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Doctor examines medical records cited in notice of claim filed by Hacienda rape victim's family

There is a lot of medical terminology in the documents, so we had a doctor take a look.

PHOENIX — The family of a rape victim who gave birth at a Hacienda Healthcare facility in Phoenix last December filed a notice of claim this week, a precursor to a possible lawsuit against the state. 

RELATED: Documents: Incapacitated Hacienda patient who gave birth was repeatedly raped, possibly pregnant before

The notice of claim cites medical records that go into great detail about the alleged sexual assault and the possibility of a previous pregnancy. 

There is a lot of medical terminology in the documents we wanted to make sure we understood and portrayed correctly, so we had Dr. Andrew Carroll take a look at the notice of claim for a second opinion. It should be noted that he has not examined the victim himself. 

There were three allegations we wanted to specifically look at.

Can a doctor really tell if a woman has been pregnant before just by examining?

"I think that the words that they are using are probably incorrect," he said. 

Dr. Carroll said what doctors are looking for is scarring, but that scarring doesn't always mean a baby was delivered.

"If you're looking at a perineal scar, you might also think there would be trauma due to a forcible rape that produced the laceration."

Phoenix police issued a statement saying they don't think there was a previous pregnancy either, based on a separate review.

Why was no pelvic exam done?

Next, in the April physical exam, there was no pelvic exam done.

The paperwork says it wasn't needed.

"There may not be a reason because you don't suspect sexual activity, which is what puts most women at risk for any pelvic abnormalities."

And Dr. Carroll said that may be the problem: He believes the staff may never have considered pregnancy because they didn't think it could happen.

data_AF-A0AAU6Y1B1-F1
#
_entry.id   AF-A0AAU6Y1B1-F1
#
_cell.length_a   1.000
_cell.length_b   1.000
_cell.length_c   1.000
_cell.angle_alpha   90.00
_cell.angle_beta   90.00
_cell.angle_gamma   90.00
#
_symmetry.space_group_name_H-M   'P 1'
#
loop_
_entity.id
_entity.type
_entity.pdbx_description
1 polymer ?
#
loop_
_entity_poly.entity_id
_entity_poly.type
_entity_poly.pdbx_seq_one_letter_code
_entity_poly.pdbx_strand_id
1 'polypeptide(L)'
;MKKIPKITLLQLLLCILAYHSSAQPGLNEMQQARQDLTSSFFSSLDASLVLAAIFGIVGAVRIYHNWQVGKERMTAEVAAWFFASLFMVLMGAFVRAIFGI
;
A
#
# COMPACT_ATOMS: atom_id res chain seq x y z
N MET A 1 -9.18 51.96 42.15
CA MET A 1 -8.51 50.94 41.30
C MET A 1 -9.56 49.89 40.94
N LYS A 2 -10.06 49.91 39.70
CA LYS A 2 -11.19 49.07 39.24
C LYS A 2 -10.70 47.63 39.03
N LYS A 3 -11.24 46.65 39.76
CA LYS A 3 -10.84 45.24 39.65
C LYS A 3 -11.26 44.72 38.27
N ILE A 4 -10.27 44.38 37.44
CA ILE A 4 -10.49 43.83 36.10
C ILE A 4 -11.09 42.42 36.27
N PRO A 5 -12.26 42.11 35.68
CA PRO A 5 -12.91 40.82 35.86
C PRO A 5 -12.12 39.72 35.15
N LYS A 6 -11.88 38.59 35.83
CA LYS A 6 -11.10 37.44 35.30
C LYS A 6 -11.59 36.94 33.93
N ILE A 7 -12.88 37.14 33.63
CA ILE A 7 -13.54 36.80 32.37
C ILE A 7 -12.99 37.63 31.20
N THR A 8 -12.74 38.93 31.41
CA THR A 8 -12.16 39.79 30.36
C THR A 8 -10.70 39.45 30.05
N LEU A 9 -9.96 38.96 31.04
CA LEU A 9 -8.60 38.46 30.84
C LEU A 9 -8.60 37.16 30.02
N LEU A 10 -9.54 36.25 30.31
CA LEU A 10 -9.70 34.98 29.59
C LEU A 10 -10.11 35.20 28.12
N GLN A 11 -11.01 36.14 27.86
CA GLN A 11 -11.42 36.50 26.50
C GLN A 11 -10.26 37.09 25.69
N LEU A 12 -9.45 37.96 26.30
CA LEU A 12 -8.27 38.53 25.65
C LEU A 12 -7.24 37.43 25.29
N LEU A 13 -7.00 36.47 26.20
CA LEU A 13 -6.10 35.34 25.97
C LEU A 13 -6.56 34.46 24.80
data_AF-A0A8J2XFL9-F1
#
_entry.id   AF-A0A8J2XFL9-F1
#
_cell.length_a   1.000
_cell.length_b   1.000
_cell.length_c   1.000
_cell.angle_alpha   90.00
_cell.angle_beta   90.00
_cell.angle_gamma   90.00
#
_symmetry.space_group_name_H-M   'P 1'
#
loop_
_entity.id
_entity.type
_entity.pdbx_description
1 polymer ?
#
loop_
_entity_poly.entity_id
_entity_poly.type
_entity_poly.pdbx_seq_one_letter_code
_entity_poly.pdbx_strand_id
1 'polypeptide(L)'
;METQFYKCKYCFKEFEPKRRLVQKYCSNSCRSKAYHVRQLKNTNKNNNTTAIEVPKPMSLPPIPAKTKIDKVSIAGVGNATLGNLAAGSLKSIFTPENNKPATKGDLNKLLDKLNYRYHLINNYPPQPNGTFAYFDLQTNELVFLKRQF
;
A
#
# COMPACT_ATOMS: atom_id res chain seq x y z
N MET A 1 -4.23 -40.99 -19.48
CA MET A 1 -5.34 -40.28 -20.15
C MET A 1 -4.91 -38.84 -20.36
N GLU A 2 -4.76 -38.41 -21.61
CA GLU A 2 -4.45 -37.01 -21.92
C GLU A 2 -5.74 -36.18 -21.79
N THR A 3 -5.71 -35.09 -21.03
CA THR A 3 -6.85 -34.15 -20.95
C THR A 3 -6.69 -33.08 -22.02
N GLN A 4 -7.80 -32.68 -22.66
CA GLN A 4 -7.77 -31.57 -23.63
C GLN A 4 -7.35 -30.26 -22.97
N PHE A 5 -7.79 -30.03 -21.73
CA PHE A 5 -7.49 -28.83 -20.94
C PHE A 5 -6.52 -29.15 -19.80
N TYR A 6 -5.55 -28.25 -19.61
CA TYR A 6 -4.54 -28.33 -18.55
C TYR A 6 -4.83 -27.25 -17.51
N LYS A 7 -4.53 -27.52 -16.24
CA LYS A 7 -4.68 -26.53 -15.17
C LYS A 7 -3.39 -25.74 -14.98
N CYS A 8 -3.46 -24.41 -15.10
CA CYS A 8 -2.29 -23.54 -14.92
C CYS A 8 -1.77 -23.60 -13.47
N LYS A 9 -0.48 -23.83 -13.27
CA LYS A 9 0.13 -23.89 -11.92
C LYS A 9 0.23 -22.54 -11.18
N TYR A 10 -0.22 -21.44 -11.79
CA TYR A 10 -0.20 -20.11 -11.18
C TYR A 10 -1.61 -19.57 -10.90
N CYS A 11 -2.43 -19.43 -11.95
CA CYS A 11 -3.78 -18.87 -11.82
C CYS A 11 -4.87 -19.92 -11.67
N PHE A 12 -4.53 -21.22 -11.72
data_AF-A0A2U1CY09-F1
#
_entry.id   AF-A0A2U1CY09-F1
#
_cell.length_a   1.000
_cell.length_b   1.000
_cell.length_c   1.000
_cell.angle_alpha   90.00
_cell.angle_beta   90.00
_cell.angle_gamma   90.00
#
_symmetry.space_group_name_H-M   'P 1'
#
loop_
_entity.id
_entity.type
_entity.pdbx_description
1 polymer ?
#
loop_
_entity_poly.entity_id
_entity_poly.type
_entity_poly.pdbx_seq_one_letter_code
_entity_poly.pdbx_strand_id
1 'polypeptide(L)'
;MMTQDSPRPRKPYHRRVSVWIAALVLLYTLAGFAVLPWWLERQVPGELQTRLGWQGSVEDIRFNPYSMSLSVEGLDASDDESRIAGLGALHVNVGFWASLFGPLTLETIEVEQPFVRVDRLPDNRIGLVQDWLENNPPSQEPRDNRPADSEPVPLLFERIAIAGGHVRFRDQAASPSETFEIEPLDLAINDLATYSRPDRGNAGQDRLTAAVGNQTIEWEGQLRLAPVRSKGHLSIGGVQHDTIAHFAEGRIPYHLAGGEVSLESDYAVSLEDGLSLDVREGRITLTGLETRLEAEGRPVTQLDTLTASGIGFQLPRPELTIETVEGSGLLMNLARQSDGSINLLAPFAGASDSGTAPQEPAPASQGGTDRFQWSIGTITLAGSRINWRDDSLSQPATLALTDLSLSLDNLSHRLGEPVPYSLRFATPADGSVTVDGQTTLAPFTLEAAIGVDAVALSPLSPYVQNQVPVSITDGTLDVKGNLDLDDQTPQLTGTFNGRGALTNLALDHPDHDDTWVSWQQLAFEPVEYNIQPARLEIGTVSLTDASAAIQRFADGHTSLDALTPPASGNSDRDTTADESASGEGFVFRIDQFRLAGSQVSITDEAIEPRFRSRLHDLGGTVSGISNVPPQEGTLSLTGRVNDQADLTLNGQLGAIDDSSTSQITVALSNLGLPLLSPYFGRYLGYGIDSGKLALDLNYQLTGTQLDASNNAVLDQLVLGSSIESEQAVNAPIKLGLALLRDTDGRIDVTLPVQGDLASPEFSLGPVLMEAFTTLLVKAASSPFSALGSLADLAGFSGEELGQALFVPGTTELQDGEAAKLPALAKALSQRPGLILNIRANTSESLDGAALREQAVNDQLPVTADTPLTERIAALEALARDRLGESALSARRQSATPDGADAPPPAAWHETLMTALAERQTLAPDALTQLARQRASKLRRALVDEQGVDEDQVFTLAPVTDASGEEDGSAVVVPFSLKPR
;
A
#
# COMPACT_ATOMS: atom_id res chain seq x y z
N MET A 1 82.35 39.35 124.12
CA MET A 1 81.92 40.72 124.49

Problems with victim's medical care

According to the notice of claim, her doctor ordered laxatives, thinking she had constipation problems and tried to get her to lose weight.

"This would not have been a normal process if we knew a mom was in her third trimester," Dr. Caroll said. 

 And Dr. Carroll noticed two more warning signs in the medical records.

First, the same responses to questions were apparently copied and pasted.

"That's concerning. That means what's being done is a template is being applied to that note rather than an actual note being written each time distinct to what the exam was," he said.

 And second, Dr. Carroll says the woman's physical exam should have triggered a warning.

"A woman in her third trimester who has elevated liver function tests like this woman did, along with lower extremity swelling, those are signs of preeclampsia. And again, if you don't know the woman is pregnant, maybe you don't think it, but preeclampsia is potentially dangerous," he said.

Dr. Carroll said he does not give the medical staff a pass for not considering a pregnancy either. He said doctors are trained to think of everything because patients rarely tell the doctor the whole truth. 

In this case, based on the medical records cited in the notice of claim, we know that the patient could not speak for herself at all. 

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